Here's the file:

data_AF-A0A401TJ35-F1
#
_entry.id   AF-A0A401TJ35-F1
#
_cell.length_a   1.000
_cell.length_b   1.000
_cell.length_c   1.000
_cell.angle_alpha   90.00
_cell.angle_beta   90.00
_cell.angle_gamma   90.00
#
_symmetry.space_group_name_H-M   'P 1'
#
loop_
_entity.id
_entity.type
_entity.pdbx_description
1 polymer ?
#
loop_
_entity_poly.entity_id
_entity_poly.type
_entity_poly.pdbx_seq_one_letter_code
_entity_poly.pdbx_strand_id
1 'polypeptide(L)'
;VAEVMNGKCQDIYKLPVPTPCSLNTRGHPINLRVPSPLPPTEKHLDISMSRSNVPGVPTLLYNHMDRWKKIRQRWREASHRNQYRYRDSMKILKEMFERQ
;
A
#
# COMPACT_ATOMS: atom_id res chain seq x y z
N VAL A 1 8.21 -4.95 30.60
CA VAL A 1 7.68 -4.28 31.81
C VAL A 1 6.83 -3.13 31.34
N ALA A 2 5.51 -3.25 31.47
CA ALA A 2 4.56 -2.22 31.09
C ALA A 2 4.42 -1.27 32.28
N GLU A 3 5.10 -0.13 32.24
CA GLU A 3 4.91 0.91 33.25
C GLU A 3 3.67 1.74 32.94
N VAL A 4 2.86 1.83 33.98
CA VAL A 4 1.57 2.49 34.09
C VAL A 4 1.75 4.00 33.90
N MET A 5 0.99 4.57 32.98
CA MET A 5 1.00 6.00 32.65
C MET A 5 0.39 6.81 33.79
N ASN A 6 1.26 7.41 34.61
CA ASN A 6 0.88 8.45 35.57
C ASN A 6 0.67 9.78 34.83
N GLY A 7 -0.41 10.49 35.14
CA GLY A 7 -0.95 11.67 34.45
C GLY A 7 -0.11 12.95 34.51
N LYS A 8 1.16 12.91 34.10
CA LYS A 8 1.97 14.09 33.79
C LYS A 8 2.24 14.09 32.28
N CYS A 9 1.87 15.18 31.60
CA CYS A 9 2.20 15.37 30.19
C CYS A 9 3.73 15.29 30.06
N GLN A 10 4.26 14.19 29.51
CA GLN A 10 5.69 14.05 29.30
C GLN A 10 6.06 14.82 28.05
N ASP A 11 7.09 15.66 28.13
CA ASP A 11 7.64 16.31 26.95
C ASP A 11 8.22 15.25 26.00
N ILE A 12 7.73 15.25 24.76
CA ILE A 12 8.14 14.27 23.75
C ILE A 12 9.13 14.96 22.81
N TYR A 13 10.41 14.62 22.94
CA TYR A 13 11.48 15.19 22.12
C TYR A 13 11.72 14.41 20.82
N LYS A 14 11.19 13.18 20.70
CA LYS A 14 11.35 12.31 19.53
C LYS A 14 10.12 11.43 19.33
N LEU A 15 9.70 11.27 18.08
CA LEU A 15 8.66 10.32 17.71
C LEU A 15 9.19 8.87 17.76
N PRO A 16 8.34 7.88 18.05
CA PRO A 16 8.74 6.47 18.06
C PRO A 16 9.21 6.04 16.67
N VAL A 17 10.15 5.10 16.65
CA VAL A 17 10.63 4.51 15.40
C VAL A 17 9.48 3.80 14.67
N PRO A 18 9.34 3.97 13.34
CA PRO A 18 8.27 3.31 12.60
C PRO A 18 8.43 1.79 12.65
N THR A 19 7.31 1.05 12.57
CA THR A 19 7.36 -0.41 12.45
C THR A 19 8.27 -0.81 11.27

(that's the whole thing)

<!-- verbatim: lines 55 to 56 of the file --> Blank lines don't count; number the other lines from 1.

N CYS A 9 1.87 15.18 31.60
CA CYS A 9 2.20 15.37 30.19